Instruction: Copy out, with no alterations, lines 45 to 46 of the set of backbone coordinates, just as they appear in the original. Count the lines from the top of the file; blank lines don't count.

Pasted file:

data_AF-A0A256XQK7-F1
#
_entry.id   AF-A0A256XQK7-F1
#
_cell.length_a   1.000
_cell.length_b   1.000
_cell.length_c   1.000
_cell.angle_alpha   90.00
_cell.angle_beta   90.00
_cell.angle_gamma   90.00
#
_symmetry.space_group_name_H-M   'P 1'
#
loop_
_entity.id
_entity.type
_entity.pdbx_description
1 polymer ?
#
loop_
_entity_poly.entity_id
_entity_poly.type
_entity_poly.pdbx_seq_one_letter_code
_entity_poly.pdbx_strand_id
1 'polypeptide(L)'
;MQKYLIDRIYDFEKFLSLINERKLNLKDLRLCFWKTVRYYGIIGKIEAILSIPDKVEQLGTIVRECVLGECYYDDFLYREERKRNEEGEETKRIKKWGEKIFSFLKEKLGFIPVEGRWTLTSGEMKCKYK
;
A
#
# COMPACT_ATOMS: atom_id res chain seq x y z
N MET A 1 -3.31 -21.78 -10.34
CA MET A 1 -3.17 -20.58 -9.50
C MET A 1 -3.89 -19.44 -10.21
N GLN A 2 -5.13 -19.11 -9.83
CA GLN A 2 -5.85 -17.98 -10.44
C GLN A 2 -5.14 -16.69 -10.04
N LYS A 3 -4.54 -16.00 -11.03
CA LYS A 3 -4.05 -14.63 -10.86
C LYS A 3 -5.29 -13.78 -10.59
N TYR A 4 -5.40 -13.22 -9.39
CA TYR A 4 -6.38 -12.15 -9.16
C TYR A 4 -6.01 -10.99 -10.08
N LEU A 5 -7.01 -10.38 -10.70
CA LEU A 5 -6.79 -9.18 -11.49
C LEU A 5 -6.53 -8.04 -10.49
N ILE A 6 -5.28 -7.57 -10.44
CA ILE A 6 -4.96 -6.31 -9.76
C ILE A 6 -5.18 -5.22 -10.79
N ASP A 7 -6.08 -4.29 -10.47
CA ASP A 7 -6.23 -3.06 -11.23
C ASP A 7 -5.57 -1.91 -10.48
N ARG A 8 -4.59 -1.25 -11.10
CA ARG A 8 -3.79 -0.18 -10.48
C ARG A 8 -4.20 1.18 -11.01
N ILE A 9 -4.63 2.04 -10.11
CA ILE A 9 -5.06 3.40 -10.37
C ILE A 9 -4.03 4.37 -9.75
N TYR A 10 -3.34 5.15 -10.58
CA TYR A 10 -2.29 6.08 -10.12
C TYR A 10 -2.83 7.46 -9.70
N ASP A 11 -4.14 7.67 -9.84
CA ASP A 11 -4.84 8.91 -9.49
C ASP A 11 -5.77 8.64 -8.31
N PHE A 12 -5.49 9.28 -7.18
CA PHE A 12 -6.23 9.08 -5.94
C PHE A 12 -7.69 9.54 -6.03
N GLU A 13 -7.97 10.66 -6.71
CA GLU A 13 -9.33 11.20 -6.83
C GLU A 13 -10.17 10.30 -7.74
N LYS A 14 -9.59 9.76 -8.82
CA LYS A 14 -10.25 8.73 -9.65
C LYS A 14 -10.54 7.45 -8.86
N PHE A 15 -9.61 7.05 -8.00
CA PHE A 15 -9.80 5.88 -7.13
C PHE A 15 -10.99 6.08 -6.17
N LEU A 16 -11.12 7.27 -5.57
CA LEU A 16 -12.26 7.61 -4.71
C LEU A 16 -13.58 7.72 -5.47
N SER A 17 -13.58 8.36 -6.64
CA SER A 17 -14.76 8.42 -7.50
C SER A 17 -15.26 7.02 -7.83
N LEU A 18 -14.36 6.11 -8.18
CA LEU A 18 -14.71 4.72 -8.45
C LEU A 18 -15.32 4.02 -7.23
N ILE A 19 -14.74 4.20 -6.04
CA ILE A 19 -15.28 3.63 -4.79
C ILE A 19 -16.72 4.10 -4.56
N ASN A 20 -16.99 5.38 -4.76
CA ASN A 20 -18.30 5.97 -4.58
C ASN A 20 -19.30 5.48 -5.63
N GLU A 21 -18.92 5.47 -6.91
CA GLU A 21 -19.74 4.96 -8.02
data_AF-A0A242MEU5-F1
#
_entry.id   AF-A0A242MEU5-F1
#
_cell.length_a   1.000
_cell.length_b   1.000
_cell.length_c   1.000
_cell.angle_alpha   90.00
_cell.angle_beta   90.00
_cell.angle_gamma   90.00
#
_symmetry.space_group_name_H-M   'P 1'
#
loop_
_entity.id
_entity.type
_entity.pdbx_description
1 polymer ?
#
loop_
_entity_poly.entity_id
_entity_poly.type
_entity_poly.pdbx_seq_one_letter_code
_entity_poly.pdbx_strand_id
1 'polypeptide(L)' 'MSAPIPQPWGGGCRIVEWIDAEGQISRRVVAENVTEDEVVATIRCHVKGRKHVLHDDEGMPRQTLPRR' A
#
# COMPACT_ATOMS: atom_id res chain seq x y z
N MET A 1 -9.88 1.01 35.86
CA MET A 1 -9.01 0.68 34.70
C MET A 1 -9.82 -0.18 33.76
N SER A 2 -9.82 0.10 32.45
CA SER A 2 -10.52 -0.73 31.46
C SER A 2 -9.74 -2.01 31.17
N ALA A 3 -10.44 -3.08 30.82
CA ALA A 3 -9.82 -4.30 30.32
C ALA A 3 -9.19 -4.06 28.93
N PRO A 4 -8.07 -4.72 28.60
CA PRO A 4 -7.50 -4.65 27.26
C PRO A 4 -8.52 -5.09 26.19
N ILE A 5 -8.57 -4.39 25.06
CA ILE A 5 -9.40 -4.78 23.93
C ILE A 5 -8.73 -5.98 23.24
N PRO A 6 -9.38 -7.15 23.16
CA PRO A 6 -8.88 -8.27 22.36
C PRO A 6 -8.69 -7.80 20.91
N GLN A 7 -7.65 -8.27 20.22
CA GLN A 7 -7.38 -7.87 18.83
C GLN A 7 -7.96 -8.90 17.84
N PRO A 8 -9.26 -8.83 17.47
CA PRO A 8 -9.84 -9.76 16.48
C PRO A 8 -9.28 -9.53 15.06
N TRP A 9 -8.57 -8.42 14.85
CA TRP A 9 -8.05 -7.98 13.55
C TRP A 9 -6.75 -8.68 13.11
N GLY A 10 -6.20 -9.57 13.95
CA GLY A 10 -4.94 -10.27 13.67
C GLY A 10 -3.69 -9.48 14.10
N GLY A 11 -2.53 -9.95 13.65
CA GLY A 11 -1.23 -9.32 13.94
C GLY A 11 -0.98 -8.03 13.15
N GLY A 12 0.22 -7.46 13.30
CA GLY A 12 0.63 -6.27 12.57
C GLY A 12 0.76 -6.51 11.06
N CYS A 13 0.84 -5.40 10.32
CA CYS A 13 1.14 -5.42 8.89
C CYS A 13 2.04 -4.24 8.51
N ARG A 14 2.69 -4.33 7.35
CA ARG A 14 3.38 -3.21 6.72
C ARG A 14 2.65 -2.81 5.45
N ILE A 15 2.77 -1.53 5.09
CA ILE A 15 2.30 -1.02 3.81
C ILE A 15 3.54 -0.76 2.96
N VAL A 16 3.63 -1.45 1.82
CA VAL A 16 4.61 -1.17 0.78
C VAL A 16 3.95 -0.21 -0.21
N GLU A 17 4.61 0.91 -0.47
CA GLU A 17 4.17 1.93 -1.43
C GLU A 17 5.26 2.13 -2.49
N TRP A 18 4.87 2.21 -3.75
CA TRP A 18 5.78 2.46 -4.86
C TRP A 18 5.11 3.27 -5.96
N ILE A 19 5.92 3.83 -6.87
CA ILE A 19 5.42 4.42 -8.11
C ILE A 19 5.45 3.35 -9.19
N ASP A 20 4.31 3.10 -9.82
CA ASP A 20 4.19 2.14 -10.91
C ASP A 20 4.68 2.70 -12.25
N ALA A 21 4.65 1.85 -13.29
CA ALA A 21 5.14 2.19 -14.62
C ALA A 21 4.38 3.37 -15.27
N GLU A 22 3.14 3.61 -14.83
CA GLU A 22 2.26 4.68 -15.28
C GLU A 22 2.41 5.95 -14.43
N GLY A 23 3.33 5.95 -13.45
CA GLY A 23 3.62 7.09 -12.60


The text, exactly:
C LEU A 5 -6.53 -8.04 -10.49
N ILE A 6 -5.28 -7.57 -10.44